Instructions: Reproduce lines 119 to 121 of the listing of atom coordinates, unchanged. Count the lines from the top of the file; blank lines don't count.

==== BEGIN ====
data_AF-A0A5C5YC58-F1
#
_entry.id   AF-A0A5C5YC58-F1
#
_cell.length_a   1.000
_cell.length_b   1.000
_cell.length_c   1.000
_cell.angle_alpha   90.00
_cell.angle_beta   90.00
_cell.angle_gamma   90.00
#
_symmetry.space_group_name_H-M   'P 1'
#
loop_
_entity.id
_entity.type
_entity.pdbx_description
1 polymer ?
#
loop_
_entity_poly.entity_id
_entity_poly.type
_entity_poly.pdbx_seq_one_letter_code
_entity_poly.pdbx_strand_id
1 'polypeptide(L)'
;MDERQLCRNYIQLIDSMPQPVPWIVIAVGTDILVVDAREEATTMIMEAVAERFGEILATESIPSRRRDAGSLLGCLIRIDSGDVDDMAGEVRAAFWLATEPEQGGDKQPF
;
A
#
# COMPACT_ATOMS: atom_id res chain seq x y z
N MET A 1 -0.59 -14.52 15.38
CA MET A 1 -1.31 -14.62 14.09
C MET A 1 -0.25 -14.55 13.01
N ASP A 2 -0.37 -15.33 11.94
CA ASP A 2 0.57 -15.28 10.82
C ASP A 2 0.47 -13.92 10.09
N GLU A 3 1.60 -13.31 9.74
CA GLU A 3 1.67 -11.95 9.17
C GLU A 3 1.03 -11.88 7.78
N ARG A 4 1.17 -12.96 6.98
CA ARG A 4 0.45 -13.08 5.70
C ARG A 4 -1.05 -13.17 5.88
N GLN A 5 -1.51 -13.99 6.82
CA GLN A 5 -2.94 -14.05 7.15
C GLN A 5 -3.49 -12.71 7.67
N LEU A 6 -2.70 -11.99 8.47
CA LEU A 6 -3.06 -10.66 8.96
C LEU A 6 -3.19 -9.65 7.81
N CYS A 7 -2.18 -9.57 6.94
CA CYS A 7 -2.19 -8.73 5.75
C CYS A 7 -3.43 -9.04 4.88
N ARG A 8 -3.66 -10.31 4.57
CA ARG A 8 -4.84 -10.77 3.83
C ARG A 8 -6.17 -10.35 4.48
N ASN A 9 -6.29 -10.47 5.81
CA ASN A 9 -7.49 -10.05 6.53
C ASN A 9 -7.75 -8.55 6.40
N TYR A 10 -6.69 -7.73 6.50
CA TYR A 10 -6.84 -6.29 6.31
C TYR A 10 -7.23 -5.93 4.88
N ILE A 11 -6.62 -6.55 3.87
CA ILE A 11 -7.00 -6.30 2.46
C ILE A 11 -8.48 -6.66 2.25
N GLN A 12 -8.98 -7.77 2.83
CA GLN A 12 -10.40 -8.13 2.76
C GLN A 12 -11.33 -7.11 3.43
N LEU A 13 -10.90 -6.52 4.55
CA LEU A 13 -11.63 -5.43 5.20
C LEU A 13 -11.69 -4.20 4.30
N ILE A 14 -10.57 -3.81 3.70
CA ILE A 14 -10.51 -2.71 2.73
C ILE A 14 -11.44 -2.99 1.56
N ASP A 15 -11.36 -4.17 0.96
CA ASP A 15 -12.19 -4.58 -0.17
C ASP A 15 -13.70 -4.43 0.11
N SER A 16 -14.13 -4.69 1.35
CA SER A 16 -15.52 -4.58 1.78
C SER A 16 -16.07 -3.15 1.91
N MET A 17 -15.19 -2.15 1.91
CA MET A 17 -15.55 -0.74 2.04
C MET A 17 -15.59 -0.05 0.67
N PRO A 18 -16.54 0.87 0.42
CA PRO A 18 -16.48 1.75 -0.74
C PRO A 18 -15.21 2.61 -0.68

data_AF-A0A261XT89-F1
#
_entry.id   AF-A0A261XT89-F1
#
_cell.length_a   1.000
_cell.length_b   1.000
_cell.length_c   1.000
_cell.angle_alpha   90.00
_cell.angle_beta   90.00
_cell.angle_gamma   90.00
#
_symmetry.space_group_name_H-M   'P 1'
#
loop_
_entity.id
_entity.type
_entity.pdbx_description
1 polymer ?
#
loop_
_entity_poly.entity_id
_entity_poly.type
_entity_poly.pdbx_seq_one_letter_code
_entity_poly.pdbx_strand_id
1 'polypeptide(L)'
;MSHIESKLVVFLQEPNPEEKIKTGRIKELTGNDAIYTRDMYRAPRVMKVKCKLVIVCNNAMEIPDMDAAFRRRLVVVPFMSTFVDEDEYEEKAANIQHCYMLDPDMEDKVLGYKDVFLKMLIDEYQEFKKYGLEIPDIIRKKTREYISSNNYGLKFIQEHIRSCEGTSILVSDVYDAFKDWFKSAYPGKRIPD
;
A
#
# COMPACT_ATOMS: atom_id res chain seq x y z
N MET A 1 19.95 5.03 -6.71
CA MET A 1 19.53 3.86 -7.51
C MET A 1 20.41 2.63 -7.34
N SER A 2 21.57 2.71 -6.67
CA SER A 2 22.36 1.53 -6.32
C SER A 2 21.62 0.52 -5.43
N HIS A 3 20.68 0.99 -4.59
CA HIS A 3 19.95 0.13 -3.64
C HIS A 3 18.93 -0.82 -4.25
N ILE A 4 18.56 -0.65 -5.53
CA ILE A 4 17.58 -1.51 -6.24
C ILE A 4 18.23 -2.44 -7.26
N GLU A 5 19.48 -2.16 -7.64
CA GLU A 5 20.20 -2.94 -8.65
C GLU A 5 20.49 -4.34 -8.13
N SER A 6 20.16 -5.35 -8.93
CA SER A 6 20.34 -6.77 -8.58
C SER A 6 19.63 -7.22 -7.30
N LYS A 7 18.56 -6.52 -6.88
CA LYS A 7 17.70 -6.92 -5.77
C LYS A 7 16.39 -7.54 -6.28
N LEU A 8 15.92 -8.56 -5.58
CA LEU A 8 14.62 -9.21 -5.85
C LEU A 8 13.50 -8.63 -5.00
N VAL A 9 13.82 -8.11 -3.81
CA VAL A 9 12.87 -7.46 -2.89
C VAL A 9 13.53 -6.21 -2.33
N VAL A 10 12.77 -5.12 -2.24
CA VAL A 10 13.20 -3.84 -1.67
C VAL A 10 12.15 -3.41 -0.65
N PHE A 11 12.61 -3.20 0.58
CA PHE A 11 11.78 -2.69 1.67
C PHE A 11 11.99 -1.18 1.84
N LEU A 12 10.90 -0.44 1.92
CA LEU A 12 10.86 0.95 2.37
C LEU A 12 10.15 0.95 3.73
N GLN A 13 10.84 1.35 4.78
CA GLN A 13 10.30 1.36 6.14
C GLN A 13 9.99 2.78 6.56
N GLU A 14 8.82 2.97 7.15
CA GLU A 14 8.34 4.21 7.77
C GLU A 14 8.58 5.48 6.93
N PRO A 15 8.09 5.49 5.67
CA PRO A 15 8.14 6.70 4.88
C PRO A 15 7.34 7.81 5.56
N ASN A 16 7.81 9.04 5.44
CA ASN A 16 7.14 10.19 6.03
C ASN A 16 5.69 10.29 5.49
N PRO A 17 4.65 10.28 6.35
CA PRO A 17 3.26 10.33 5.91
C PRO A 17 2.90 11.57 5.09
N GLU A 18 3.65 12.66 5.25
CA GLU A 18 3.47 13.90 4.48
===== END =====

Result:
CA SER A 2 22.36 1.53 -6.32
C SER A 2 21.62 0.52 -5.43
N HIS A 3 20.68 0.99 -4.59